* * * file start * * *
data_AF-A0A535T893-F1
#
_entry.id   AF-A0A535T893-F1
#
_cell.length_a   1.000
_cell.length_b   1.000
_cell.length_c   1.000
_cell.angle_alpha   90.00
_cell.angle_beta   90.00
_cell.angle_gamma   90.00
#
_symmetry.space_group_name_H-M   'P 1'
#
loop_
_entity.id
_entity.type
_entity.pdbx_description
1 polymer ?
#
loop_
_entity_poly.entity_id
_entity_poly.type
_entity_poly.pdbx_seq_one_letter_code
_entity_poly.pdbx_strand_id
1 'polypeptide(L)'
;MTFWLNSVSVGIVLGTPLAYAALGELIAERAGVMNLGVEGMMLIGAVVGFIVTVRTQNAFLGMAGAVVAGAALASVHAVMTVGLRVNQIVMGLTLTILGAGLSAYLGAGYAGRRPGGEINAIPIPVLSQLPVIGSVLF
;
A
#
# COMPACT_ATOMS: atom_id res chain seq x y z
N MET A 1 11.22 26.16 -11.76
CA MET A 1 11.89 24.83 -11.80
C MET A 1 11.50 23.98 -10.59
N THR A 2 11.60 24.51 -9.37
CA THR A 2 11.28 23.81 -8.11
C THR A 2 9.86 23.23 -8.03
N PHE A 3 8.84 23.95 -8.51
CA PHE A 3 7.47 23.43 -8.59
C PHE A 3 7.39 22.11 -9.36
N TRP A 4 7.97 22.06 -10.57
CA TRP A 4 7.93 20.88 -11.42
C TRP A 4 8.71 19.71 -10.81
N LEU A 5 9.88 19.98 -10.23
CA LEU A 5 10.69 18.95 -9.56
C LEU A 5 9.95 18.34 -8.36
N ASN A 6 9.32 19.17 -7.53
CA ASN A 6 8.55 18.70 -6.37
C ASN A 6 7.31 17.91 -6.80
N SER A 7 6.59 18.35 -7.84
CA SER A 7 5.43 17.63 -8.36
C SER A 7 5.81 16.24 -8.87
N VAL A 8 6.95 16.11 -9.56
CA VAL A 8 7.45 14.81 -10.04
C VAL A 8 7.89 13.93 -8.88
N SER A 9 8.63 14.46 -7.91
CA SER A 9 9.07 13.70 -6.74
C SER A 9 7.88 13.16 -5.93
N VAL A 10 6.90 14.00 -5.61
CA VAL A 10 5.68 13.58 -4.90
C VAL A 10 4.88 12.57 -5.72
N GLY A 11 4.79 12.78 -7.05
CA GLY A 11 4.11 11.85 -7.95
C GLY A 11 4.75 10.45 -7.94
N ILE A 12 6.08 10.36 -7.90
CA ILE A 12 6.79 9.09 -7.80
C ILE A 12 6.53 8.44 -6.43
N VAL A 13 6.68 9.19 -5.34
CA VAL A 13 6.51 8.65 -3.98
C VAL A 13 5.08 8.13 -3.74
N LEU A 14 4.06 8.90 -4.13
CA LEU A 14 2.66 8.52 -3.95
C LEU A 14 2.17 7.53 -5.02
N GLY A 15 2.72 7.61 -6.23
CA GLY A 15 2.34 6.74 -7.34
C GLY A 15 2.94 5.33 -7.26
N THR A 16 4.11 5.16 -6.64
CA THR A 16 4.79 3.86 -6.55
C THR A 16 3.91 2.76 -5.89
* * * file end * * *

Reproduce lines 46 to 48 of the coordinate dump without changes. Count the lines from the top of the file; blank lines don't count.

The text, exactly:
N ASN A 6 9.32 19.17 -7.53
CA ASN A 6 8.55 18.70 -6.37
C ASN A 6 7.31 17.91 -6.80